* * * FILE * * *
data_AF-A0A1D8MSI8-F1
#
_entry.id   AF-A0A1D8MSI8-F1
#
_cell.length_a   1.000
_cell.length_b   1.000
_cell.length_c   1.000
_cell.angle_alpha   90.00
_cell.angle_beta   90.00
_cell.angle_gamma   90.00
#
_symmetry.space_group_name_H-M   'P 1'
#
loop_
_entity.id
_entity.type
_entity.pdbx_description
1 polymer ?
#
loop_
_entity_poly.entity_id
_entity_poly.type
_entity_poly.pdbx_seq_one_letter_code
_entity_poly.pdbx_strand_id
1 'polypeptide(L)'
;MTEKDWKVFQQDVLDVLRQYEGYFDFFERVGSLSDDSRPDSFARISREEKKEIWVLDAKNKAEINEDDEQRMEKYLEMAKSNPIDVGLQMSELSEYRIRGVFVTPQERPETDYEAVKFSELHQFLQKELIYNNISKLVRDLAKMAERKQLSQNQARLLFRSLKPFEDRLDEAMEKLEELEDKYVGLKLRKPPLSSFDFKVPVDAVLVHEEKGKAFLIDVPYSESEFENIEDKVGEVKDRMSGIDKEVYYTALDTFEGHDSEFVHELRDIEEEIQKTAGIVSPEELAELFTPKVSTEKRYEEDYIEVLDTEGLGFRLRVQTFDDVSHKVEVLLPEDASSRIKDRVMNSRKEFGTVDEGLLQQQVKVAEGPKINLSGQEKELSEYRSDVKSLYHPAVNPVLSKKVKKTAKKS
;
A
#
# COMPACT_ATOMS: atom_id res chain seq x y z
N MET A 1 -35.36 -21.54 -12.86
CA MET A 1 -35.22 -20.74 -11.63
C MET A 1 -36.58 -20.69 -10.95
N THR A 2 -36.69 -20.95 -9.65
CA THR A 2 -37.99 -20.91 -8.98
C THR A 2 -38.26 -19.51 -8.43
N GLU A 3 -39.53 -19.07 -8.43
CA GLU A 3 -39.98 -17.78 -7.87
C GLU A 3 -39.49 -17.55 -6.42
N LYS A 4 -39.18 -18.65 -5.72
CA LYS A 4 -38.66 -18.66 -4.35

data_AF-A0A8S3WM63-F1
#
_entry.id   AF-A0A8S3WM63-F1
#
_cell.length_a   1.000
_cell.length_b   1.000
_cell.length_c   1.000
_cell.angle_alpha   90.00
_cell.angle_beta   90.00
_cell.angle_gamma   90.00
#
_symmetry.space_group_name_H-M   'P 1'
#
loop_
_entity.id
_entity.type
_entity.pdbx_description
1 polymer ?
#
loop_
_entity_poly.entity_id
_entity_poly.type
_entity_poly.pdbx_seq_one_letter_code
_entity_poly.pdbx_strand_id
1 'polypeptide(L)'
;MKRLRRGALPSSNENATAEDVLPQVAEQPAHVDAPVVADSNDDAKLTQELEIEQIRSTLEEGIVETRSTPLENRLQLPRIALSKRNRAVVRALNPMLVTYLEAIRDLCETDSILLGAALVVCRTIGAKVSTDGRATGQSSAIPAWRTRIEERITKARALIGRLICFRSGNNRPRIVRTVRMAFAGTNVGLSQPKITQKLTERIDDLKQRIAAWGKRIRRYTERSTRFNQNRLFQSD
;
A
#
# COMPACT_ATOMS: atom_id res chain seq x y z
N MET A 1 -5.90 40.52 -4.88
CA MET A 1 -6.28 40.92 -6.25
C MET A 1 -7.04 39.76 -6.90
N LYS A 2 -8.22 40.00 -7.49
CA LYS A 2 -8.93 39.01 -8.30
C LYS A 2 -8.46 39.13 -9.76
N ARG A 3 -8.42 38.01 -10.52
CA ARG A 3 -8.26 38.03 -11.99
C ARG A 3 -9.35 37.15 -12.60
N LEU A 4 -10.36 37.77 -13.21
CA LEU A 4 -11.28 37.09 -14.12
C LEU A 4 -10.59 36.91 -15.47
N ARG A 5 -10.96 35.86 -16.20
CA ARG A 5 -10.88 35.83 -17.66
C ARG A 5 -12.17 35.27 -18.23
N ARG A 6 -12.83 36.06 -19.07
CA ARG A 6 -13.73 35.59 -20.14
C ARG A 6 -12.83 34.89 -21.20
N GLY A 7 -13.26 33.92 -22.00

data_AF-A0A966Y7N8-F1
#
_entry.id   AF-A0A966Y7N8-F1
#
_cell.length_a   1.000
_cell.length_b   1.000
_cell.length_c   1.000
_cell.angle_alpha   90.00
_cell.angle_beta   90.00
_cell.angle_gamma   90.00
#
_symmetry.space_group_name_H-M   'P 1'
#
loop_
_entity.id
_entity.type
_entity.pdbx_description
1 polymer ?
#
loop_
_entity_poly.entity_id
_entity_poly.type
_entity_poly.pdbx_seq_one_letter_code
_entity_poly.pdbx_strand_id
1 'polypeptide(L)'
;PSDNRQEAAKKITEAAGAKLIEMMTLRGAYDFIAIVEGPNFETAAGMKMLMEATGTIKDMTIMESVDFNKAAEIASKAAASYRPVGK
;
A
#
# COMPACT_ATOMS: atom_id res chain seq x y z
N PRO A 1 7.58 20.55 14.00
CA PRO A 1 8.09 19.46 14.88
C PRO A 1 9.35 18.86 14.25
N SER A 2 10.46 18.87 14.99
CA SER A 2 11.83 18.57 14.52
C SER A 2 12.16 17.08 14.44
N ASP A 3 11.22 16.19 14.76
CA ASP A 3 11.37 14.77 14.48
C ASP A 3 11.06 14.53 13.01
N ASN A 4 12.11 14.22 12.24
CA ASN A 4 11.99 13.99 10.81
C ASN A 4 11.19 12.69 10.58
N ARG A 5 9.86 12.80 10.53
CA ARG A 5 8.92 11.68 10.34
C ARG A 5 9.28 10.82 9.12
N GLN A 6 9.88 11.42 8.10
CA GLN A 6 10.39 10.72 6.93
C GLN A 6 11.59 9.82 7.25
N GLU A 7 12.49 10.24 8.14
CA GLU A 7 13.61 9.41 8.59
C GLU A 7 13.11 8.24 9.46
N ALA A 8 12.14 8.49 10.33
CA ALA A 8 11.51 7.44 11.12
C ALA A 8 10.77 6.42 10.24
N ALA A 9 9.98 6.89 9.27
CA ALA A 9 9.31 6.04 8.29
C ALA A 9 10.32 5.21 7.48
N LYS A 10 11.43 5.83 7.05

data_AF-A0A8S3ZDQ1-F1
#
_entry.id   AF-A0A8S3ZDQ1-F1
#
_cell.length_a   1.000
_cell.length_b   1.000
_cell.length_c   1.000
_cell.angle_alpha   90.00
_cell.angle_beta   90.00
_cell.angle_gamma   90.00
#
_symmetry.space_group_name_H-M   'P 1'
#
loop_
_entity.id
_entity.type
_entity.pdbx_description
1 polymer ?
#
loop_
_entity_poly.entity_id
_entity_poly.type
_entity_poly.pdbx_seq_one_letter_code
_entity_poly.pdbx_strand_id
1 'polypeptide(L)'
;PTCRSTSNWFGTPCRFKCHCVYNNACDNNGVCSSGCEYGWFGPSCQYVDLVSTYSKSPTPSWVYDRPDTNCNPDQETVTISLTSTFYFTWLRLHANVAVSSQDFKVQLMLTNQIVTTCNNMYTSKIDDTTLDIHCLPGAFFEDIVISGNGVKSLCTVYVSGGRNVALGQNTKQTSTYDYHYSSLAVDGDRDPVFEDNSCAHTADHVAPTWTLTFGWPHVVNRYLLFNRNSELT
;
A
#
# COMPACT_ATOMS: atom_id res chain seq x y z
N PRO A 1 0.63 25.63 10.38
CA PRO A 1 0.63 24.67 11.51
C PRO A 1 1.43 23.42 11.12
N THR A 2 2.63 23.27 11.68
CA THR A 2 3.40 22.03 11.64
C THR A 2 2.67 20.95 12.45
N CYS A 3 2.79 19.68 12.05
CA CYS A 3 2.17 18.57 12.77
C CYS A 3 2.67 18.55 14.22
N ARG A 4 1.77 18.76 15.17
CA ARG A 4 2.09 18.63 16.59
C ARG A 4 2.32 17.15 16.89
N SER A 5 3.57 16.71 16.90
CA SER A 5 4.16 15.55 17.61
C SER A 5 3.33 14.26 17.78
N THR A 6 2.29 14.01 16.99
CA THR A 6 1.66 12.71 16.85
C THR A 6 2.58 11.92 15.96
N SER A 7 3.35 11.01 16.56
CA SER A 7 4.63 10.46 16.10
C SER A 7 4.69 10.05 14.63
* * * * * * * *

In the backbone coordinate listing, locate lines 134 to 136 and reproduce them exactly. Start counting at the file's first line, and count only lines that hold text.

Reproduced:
CA ARG A 5 8.92 11.68 10.34
C ARG A 5 9.28 10.82 9.12
N GLN A 6 9.88 11.42 8.10